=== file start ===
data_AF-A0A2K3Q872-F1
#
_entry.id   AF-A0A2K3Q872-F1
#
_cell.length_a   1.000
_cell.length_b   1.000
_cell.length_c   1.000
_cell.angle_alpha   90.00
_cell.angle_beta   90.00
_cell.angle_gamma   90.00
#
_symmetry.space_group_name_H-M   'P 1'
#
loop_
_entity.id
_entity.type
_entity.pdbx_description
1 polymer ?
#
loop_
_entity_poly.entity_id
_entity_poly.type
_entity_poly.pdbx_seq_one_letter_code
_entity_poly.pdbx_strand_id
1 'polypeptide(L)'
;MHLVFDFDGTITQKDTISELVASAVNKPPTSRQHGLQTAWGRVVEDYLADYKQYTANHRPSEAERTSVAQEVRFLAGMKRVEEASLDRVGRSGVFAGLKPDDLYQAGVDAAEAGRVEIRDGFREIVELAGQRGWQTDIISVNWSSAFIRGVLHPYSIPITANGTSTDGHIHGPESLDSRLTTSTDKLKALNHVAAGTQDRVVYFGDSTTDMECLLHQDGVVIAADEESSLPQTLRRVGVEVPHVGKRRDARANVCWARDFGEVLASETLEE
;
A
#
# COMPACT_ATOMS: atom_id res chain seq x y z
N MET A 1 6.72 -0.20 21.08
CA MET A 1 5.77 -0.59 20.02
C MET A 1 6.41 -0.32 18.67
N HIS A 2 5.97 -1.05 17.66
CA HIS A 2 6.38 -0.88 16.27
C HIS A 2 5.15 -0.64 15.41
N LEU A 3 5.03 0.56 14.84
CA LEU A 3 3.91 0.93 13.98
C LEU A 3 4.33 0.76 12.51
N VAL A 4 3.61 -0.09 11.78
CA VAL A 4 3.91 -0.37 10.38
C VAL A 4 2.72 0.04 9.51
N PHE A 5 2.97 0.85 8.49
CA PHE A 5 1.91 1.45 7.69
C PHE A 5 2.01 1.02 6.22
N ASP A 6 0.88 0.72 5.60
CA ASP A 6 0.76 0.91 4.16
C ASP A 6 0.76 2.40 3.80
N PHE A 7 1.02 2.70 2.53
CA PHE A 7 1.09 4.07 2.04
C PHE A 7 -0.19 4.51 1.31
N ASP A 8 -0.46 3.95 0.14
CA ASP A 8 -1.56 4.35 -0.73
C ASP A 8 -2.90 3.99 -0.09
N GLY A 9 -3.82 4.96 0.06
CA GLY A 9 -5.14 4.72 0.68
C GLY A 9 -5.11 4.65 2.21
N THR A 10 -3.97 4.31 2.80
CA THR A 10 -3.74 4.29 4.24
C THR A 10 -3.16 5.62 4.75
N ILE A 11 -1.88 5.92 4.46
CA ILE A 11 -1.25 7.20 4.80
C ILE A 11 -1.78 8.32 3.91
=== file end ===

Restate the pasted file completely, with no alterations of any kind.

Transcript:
data_AF-A0A2K3Q872-F1
#
_entry.id   AF-A0A2K3Q872-F1
#
_cell.length_a   1.000
_cell.length_b   1.000
_cell.length_c   1.000
_cell.angle_alpha   90.00
_cell.angle_beta   90.00
_cell.angle_gamma   90.00
#
_symmetry.space_group_name_H-M   'P 1'
#
loop_
_entity.id
_entity.type
_entity.pdbx_description
1 polymer ?
#
loop_
_entity_poly.entity_id
_entity_poly.type
_entity_poly.pdbx_seq_one_letter_code
_entity_poly.pdbx_strand_id
1 'polypeptide(L)'
;MHLVFDFDGTITQKDTISELVASAVNKPPTSRQHGLQTAWGRVVEDYLADYKQYTANHRPSEAERTSVAQEVRFLAGMKRVEEASLDRVGRSGVFAGLKPDDLYQAGVDAAEAGRVEIRDGFREIVELAGQRGWQTDIISVNWSSAFIRGVLHPYSIPITANGTSTDGHIHGPESLDSRLTTSTDKLKALNHVAAGTQDRVVYFGDSTTDMECLLHQDGVVIAADEESSLPQTLRRVGVEVPHVGKRRDARANVCWARDFGEVLASETLEE
;
A
#
# COMPACT_ATOMS: atom_id res chain seq x y z
N MET A 1 6.72 -0.20 21.08
CA MET A 1 5.77 -0.59 20.02
C MET A 1 6.41 -0.32 18.67
N HIS A 2 5.97 -1.05 17.66
CA HIS A 2 6.38 -0.88 16.27
C HIS A 2 5.15 -0.64 15.41
N LEU A 3 5.03 0.56 14.84
CA LEU A 3 3.91 0.93 13.98
C LEU A 3 4.33 0.76 12.51
N VAL A 4 3.61 -0.09 11.78
CA VAL A 4 3.91 -0.37 10.38
C VAL A 4 2.72 0.04 9.51
N PHE A 5 2.97 0.85 8.49
CA PHE A 5 1.91 1.45 7.69
C PHE A 5 2.01 1.02 6.22
N ASP A 6 0.88 0.72 5.60
CA ASP A 6 0.76 0.91 4.16
C ASP A 6 0.76 2.40 3.80
N PHE A 7 1.02 2.70 2.53
CA PHE A 7 1.09 4.07 2.04
C PHE A 7 -0.19 4.51 1.31
N ASP A 8 -0.46 3.95 0.14
CA ASP A 8 -1.56 4.35 -0.73
C ASP A 8 -2.90 3.99 -0.09
N GLY A 9 -3.82 4.96 0.06
CA GLY A 9 -5.14 4.72 0.68
C GLY A 9 -5.11 4.65 2.21
N THR A 10 -3.97 4.31 2.80
CA THR A 10 -3.74 4.29 4.24
C THR A 10 -3.16 5.62 4.75
N ILE A 11 -1.88 5.92 4.46
CA ILE A 11 -1.25 7.20 4.80
C ILE A 11 -1.78 8.32 3.91